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Smart contracts – here we come

Alonzo will build on Cardano’s token upgrades to give developers the tools for crafting business applications

8 April 2021 Olga Hryniuk 6 mins read

Smart contracts – here we come

At the start of March, we implemented Mary ‒ a multi-asset protocol upgrade that allows users to create unique tokens for transactions on Cardano. With the introduction of transaction metadata, then token-locking with Allegra in December, and native token creation, we are laying the foundation to establish Cardano as the leading smart contract platform.

Alonzo, our next protocol upgrade, will build on these capabilities. Implemented using our hard fork combinator technology, Alonzo will add support for smart contracts – digital agreements – to Cardano about four months from now. It will open up opportunities for businesses and developers, by allowing the creation of smart contracts and decentralized applications (DApps) for decentralized finance (DeFi).

When it came to naming these upgrades, we chose Allegra (Lord Byron's daughter) for token-locking, and Mary (the novelist and wife of Shelley) for multi-asset support. Alonzo comes from a more contemporary figure, Alonzo Church (1903-95). Church was a US mathematician and logician who worked on logic and the foundations of theoretical computer science. He is also known for inventing lambda calculus ‒ a formal system used to prove the unsolvability of the Entscheidungsproblem. Later, while working with fellow mathematician Alan Turing, they discovered that the lambda calculus and the Turing machine were equal in capabilities, demonstrating various mechanical processes for computations. One of the reasons for naming our smart contract upgrade after Church is that Plutus Core (the Cardano smart contract language) is a variation of lambda calculus.

Why smart contracts?

Smart contracts mark the next phase in Cardano's evolution as a worldwide distributed ledger. When supporting everyday business, a blockchain must guarantee that individuals can move their funds and pay for products in a secure way.

Smart contracts can be used to settle complex deals, hold funds in escrow, and secure movement of funds under predefined conditions. Cardano will allow DApps to interact with the ledger to record their activities and execute smart contracts. These digital agreements express the story of a transaction, specify where funds should go, and under what conditions they will be sent, executing a deal only when all the conditions are met. Alonzo will lay the foundation for Cardano to support such applications.

Addressing business needs with Alonzo

While multi-asset support allows users to create unique currencies that fuel business needs, Alonzo introduces a versatile platform for building smart contracts. It will be possible to work with collectibles, crowdfunding, or auctions, for example.

Areas of exploration might include the deployment of escrow-based decentralized cryptocurrency exchanges (DEX), or the creation of complex applications supporting centralized stablecoins (track-and-trace applications for product provenance within a supply chain, for example). With token-locking, users will be able to issue utility tokens with vesting periods, meaning that a number of tokens can be locked or frozen to be released after a specific time.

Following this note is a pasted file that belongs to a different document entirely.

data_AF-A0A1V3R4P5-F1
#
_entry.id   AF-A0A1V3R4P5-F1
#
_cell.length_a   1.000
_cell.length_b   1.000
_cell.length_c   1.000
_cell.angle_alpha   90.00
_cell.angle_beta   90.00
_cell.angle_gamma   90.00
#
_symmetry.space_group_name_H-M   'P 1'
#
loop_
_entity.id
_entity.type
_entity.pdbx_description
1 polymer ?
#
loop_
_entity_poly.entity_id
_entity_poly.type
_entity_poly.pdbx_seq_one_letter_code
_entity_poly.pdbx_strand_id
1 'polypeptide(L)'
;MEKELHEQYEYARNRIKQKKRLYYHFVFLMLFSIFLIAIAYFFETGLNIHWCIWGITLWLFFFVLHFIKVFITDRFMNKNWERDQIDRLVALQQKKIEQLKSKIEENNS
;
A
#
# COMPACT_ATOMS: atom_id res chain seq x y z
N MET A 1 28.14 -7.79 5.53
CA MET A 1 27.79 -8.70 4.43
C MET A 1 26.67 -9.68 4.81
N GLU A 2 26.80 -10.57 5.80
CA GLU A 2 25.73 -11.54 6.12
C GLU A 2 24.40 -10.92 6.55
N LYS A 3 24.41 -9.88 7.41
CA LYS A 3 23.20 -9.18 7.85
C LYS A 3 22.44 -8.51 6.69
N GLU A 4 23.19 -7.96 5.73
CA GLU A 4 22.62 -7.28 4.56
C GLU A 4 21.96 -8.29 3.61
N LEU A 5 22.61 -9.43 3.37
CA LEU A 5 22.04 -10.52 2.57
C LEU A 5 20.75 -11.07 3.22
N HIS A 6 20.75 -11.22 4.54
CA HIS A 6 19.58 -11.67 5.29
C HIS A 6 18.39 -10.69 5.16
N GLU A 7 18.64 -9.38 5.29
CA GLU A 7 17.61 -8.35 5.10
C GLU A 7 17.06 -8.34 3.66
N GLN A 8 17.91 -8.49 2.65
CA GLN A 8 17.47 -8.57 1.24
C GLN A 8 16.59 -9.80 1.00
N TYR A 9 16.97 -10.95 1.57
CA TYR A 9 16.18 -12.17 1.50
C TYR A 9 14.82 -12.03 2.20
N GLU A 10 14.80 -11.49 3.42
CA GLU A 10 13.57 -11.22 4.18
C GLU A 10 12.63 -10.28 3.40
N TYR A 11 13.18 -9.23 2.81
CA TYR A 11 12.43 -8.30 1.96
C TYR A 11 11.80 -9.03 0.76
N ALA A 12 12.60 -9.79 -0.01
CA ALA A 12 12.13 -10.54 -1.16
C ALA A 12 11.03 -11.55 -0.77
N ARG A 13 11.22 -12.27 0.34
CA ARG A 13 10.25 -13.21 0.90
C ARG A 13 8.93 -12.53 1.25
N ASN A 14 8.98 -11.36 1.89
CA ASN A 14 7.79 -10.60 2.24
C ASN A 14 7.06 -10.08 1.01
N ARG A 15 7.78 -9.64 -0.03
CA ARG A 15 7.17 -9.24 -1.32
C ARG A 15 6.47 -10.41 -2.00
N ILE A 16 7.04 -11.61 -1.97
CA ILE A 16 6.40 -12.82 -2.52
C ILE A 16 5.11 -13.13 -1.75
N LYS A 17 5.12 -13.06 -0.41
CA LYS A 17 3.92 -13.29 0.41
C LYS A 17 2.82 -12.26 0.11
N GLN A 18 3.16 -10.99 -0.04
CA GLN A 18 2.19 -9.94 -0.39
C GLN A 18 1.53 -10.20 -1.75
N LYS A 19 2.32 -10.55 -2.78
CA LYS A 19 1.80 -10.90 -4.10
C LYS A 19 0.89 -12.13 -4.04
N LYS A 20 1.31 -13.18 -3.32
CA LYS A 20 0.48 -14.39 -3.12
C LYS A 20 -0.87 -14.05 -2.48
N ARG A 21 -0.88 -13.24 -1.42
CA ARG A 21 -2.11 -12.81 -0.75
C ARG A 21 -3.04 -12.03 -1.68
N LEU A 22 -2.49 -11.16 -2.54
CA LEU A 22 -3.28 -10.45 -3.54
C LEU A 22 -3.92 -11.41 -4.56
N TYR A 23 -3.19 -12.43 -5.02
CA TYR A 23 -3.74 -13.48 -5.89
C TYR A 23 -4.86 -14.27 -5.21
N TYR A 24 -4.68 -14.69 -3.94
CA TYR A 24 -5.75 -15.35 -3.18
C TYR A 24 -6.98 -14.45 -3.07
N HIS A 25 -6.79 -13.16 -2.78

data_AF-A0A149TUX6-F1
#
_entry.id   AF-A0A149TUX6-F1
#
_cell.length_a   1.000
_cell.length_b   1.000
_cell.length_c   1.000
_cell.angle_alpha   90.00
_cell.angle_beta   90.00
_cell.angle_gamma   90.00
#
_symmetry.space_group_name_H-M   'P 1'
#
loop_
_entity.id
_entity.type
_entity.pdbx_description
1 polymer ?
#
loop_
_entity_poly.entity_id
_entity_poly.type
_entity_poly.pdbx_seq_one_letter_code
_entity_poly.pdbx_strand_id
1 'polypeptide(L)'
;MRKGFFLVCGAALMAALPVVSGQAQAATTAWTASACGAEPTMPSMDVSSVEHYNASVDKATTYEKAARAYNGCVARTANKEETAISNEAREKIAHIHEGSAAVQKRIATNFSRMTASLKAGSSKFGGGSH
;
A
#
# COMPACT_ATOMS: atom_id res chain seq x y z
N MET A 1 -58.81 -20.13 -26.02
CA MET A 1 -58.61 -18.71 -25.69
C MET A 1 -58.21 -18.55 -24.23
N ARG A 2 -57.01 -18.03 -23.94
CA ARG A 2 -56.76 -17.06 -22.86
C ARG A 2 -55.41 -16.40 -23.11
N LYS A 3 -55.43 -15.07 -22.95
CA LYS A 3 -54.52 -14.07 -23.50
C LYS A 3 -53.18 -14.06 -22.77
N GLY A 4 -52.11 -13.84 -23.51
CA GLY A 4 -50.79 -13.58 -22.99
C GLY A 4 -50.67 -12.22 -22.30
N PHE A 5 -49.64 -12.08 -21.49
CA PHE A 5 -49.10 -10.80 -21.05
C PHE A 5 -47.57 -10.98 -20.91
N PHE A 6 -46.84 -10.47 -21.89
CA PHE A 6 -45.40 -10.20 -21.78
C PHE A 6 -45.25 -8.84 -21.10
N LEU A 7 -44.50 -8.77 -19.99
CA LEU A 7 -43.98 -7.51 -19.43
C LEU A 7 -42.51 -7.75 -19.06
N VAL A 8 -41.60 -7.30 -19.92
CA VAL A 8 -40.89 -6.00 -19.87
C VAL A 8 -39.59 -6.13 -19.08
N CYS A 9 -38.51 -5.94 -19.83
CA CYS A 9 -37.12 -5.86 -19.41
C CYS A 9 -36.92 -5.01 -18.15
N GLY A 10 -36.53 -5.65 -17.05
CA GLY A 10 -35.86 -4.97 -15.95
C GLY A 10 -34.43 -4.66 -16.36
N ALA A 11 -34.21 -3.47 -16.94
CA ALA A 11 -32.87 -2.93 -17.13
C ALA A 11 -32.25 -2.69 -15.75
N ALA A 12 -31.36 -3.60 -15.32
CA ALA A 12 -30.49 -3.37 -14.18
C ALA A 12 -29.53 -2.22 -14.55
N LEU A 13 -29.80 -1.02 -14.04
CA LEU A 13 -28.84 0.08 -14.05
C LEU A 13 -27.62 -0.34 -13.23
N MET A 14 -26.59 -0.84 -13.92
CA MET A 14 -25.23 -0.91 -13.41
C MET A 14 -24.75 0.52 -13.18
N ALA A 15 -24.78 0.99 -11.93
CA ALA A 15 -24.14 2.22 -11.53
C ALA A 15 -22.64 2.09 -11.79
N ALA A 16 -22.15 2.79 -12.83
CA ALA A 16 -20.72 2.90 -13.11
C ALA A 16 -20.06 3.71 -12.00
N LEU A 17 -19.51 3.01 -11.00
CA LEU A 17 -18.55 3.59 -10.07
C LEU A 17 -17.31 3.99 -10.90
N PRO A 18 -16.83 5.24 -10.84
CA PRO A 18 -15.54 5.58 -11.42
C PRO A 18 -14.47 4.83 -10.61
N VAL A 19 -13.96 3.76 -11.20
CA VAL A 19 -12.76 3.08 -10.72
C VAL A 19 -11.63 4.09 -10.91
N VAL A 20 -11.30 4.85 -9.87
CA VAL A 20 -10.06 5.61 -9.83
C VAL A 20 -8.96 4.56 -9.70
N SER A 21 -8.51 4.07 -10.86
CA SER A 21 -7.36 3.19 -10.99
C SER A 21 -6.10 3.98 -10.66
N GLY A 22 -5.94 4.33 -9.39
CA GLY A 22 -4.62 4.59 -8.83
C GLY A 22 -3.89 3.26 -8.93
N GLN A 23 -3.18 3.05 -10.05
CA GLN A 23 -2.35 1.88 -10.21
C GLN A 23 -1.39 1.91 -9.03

The scripting power of Plutus Core

With Alonzo, we are adding the necessary tools and the infrastructure to allow application development using the Plutus Platform.

Applying a rigorous approach based on formal methods and verification, Alonzo extends the basic multi-signature scripting language (multisig) used in Cardano Shelley. Multisig will be upgraded to the Plutus Core language for more powerful and secure scripting options. The Alonzo ledger implements the extended unspent transaction output (EUTXO) accounting model, using Plutus Core to provide powerful scripting.

A smart contract platform must be both secure and reliable. That’s why we chose Haskell as the basis for writing Plutus Core smart contracts. Haskell is a high-level language that developers will use to write code and then compile it to Plutus Core.

Haskell has been around since 1987, standing out from other programming languages for its high level of trust. Writing in Haskell ensures that smart contracts are programmed to do exactly what they are expected to and can be tested for accuracy before implementation. This means that smart contracts built on Cardano will be straightforward and resistant to vulnerabilities, which is crucial for applications that handle automated trading or move large funds around.

Tools and APIs

Developers will have functional tools to experiment with and customize transaction validation on Cardano. The API library will be extended to enable the deployment and operation of the Plutus Core code on Cardano while interacting with wallets and the ledger.

Deploying Alonzo is a complex process. Once functional smart contracts are running on the mainnet, we will continue improving the off-chain infrastructure to deliver software development kits.

Where are we right now?

Figure 1. Alonzo roadmap. The code will be frozen for four weeks before release

Throughout March and April, the IO Global team has been gradually combining the Alonzo rules with the Cardano node and ledger code. When Alonzo integration with the node is complete, Cardano will provide working API tools and command line interface (CLI) support.

From mid-April into early May, the team will continue working on Plutus development to launch a private testnet. During this phase, our partners (advanced developers) will be testing out the platform, creating and deploying non-fungible tokens (NFTs), marketplaces, or DApps running smart contracts on Cardano. This process will focus on step-by-step improvements to ensure that everything works efficiently.